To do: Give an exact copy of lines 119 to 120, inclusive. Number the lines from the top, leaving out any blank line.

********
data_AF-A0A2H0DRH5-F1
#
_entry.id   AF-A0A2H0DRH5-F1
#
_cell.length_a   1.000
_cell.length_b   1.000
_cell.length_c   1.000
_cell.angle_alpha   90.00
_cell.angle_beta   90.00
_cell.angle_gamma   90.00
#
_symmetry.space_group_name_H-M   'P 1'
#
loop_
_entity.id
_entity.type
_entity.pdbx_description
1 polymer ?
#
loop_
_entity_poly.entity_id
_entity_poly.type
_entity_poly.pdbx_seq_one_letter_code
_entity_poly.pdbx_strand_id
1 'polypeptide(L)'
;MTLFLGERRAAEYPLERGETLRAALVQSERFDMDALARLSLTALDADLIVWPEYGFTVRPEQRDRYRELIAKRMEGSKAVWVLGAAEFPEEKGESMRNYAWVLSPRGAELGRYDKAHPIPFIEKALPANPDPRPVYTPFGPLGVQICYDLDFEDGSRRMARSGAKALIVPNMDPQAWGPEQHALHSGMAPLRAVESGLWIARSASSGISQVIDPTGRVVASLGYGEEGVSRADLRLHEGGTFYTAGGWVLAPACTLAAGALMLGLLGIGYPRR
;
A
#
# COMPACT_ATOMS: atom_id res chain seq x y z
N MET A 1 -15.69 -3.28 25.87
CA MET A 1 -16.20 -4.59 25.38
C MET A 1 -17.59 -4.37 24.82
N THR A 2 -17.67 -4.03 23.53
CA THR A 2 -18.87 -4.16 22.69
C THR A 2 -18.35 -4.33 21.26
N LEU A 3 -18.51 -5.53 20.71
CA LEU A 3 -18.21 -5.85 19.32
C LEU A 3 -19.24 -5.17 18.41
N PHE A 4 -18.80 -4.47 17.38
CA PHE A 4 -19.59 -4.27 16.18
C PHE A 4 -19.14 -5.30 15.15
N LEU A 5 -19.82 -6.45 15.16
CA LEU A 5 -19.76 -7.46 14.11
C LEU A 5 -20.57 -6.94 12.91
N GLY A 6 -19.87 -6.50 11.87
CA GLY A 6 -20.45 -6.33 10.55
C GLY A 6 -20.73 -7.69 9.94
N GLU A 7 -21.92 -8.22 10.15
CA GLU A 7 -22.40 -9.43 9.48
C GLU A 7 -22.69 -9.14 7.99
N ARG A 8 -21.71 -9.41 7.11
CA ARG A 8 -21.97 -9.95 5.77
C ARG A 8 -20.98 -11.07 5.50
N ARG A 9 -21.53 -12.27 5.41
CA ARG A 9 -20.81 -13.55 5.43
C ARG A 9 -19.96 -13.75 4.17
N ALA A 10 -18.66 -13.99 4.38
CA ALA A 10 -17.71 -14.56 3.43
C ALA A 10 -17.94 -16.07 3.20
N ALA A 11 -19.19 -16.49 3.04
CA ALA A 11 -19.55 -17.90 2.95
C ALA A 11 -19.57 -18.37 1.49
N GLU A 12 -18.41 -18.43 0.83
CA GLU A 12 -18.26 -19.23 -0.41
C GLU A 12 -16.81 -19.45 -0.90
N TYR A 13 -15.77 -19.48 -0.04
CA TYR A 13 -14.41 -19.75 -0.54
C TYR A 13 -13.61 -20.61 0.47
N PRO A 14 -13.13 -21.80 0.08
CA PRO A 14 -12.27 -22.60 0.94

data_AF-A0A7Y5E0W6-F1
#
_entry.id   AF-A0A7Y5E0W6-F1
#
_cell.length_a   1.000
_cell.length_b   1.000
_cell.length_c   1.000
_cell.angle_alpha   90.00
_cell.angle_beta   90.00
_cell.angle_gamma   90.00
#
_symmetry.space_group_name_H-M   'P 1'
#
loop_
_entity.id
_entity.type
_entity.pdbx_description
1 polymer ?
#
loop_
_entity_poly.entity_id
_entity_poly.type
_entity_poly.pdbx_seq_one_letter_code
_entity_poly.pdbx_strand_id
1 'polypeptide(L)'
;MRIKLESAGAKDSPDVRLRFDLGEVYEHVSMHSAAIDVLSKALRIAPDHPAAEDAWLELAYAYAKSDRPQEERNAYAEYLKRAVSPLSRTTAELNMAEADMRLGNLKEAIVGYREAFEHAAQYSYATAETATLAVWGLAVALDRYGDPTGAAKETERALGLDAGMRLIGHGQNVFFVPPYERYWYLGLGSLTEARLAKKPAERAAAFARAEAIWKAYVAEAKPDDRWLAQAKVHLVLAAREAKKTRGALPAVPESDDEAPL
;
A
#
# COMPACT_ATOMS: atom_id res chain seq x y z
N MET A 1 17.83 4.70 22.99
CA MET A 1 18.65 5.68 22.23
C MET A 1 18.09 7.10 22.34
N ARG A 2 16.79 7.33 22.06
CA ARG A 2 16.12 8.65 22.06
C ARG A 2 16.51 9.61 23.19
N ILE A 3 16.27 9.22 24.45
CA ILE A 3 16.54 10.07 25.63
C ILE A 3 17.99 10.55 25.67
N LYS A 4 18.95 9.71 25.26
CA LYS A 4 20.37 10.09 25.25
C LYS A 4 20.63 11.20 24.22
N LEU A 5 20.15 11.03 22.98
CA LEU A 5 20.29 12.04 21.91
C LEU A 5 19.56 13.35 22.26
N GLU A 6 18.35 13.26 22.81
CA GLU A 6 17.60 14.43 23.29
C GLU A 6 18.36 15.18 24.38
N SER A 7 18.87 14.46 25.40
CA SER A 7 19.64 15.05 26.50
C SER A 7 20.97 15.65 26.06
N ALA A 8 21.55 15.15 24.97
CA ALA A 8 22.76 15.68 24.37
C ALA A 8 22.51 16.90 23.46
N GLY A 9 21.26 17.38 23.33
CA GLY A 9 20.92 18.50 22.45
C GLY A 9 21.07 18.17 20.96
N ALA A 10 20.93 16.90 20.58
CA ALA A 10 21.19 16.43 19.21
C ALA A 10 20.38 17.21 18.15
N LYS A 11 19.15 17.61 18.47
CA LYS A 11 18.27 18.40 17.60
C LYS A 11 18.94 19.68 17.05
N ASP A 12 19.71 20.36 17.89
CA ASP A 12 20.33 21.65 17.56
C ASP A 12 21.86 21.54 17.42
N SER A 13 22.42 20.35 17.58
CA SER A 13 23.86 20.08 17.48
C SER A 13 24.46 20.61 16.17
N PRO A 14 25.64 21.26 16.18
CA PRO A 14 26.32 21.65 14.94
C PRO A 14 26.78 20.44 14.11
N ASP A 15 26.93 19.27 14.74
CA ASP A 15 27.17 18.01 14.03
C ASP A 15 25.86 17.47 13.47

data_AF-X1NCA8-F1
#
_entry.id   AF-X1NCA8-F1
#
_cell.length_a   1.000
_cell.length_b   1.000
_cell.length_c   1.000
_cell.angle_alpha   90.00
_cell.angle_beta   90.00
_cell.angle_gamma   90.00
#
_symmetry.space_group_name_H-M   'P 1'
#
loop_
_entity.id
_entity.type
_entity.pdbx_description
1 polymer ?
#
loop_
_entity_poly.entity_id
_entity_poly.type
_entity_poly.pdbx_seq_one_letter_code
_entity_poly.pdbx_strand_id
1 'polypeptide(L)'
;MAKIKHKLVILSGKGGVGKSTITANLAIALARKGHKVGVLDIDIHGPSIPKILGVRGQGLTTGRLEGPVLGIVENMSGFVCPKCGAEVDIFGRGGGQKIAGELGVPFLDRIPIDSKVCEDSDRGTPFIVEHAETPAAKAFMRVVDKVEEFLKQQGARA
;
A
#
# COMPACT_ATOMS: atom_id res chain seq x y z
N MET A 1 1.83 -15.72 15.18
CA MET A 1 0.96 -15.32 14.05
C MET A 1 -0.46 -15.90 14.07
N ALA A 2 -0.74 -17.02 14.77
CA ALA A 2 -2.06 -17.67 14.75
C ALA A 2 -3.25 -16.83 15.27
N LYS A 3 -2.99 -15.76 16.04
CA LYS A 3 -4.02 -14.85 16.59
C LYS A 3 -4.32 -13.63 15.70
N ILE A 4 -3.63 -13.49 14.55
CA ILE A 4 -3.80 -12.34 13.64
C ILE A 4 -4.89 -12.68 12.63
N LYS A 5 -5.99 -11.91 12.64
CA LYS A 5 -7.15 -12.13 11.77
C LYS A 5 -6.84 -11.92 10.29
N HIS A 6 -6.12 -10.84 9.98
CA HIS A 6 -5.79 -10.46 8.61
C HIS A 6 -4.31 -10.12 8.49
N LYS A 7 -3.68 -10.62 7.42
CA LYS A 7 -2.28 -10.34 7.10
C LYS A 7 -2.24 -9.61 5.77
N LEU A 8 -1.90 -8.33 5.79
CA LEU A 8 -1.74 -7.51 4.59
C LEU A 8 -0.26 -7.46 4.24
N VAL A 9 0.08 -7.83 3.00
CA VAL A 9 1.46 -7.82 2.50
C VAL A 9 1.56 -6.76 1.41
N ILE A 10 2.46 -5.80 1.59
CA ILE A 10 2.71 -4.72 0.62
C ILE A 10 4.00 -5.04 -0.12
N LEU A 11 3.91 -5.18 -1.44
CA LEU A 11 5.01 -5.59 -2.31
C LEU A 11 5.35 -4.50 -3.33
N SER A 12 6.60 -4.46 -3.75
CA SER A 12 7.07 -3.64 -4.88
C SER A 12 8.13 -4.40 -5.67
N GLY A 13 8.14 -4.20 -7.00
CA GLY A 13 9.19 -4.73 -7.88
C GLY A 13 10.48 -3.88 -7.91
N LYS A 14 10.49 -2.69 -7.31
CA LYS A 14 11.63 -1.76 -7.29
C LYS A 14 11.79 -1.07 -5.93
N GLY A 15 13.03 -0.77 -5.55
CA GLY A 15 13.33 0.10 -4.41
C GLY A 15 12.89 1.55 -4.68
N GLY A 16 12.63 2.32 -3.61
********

C GLU A 6 18.36 15.18 24.38
N SER A 7 18.87 14.46 25.40